ABC’s Jimmy Kimmel, the only late- night host on broadcast TV to increase his audience this season, goes head to head for the first time tonight with NBC’s Jay Leno and CBS’s David Letterman.
Walt Disney Co. (DIS)’s ABC is moving “Jimmy Kimmel Live!” to 11:35 p.m., starting with guest Jennifer Aniston and a performance by the band No Doubt. The show, which had aired at midnight, pushes “Nightline” back to 12:35 a.m.
With Kimmel’s move, ABC is seeking to close an advertising gap with Comcast Corp. (CMCSA)’s NBC and the CBS Corp. (CBS) network. “Nightline,” which outdrew Leno and Letterman in total viewers and the 18-to-49-year-olds targeted by advertisers, commanded a lower price for ads than the late-night hosts, according to Nielsen data.
“Kimmel is a show with more buzz,” said Peter Gardiner, chief media officer at Deutsch Inc., an advertising company in New York. “When it comes to advertising in late night, it’s part analytical and part anecdotal.”
Entertainment shows are more popular with marketers and draw a broader mix of advertisers than news programs, Gardiner said. That means Kimmel could attract a smaller audience than Leno or Letterman and still charge more than “Nightline” for ads, he said.
Advertisers paid $21,800 in October for a 30-second commercial during “Nightline,” according to the most recent data available from Nielsen. The newscast is averaging a nightly audience of 3.88 million viewers, including 1.08 million ages 18 to 49, since the September start of the television season, according to Nielsen.
“Late Show with David Letterman,” which is averaging a nightly audience of 3.05 million, including 907,000 viewers ages 18 to 49, charged $26,500 for a commercial. On “The Tonight Show with Jay Leno” a commercial cost $30,200, with the show drawing 3.44 million viewers, 1.03 million of those in the target demographic, according to Nielsen.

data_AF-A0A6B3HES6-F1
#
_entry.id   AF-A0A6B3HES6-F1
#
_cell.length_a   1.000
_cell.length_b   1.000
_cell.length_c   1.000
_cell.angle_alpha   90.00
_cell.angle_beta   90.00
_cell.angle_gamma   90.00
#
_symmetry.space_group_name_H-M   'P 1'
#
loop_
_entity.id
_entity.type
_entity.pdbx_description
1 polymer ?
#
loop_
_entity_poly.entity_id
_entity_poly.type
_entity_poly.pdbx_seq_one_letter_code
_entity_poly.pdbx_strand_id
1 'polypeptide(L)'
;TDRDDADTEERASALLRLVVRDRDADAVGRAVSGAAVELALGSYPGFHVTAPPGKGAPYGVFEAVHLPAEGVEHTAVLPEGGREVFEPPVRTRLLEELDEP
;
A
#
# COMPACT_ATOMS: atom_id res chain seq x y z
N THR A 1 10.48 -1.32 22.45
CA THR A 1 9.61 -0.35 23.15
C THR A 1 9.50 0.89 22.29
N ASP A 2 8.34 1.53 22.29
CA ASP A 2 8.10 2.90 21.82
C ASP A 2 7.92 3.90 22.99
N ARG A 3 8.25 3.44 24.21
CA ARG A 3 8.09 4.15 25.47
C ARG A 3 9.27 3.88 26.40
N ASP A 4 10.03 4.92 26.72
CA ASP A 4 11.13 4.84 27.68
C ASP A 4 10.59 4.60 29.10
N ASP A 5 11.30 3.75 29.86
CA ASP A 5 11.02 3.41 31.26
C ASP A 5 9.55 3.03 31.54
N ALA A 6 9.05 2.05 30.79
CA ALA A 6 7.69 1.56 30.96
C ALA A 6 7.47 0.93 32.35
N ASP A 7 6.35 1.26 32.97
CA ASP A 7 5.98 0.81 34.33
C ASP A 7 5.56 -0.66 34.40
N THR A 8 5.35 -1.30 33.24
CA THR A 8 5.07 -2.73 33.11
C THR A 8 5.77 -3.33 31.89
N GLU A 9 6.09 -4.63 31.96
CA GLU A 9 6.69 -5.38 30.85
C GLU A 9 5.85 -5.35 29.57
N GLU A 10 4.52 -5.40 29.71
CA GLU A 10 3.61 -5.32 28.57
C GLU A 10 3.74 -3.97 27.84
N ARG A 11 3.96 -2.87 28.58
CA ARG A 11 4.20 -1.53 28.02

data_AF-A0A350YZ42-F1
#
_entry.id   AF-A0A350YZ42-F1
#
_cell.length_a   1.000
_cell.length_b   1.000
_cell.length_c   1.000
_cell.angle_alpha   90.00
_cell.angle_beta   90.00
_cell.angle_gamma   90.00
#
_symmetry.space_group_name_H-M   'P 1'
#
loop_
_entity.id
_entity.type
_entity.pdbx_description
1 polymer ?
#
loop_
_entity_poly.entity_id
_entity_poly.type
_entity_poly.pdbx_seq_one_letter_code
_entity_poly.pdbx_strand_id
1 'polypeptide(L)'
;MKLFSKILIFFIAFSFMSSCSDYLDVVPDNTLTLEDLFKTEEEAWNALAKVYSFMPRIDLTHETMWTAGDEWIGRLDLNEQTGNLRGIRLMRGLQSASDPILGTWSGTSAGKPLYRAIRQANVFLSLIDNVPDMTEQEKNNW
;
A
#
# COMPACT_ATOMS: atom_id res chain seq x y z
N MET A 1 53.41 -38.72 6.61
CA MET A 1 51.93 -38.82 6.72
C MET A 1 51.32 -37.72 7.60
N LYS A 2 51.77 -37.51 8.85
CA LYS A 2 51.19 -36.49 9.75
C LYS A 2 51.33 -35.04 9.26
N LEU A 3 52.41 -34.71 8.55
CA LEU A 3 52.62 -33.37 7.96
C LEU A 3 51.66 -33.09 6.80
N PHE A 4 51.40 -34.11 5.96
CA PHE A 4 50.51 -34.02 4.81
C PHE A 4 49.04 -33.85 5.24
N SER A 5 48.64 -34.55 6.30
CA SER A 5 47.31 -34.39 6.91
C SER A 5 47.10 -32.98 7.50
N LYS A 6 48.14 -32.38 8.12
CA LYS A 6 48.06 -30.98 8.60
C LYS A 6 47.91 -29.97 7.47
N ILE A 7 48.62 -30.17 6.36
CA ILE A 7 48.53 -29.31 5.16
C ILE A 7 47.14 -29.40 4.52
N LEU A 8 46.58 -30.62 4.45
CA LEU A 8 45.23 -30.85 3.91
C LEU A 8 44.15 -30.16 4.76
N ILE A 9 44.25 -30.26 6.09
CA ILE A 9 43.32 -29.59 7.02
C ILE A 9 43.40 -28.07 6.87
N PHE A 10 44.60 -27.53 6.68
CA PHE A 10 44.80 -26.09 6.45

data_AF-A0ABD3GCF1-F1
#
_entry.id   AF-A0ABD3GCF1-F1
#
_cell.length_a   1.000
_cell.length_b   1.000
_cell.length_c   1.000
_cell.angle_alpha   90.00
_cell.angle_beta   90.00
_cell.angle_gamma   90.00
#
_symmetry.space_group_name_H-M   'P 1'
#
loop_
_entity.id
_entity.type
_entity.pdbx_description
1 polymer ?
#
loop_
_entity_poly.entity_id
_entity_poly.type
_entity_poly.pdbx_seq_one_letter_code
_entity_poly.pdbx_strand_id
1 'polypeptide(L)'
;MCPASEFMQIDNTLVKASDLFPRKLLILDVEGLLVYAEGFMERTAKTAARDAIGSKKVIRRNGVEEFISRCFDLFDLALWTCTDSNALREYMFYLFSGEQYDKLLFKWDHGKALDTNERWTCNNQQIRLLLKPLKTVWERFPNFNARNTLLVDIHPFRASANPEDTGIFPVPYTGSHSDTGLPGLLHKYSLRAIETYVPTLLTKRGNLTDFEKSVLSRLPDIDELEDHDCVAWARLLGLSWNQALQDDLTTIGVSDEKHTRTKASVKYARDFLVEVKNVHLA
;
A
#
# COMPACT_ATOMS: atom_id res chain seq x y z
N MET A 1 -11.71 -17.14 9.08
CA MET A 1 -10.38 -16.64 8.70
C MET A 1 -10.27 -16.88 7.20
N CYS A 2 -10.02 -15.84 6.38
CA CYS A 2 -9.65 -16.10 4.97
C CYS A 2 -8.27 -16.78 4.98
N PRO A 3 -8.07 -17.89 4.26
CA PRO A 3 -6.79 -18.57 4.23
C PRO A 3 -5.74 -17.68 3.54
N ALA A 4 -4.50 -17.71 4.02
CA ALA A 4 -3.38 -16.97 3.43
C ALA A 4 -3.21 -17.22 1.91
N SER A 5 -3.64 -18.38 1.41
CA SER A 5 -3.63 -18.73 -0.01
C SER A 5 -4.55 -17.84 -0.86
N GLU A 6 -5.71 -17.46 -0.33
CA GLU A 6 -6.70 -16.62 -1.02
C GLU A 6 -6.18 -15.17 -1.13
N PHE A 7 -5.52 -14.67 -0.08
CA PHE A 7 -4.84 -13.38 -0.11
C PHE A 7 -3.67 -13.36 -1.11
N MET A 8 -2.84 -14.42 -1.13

The days of one or two shows dominating late night are long gone, with broadcast and cable programs competing for a fractured audience. Before today, Kimmel, 45, overlapped with Leno and Letterman, as well as NBC’s Jimmy Fallon and CBS’s Craig Ferguson, who host shows starting at 12:35 a.m. Starting tonight, Kimmel will also compete with Stephen Colbert on Comedy Central and Conan O’Brien on TBS.
“We’re going to look back at this time in 10 years, and there are going to be 30 talk shows on at 11:35 and none of it is going to seem like it was particularly special anymore,” Kimmel said on a conference call last month with reporters.
Late night’s biggest competition may be from people watching shows recorded earlier on DVRs, Chris Ender, a CBS spokesman, said in an interview.
“This is business as usual for us in late night,” Ender said. “There is competition everywhere.”
With the new show, Kimmel told reporters he expects to do more comedy routines on the sidewalks outside his studio in Hollywood.
In “Live Witness News,” passersby are tricked into lying, he said. In one recent segment, Kimmel asked people what they like about the new iPhone 5 when they’ve actually been handed an iPhone 4. In another spot, he polled people whether they thought Ann Romney or Michelle Obama won a first lady debate that never actually occurred.
“We’ve been trying some man-on-the-street type bits out, and so those things will become regular parts of the show,” Kimmel said. “It will pretty much be the same show that we’ve been doing.”
In the later slot, Kimmel is averaging 1.88 million viewers a night this season, a 5.8 percent increase from a year ago, according to Nielsen data. Letterman’s audience has slid 6 percent and Leno’s has declined 6.5 percent.
Leno may pick up viewers who would have tuned into “Nightline’” on ABC, NBC Entertainment Chairman Robert Greenblatt told reporters at a TV conference in Pasadena, California, on Jan. 6.
“The bigger concern I would have is the loss of ‘Nightline’ in the time period,” Greenblatt said of ABC’s late night moves. “There’s going to be some viewers freed up, and I’m not sure they’re going to go to Jimmy Kimmel, necessarily.”
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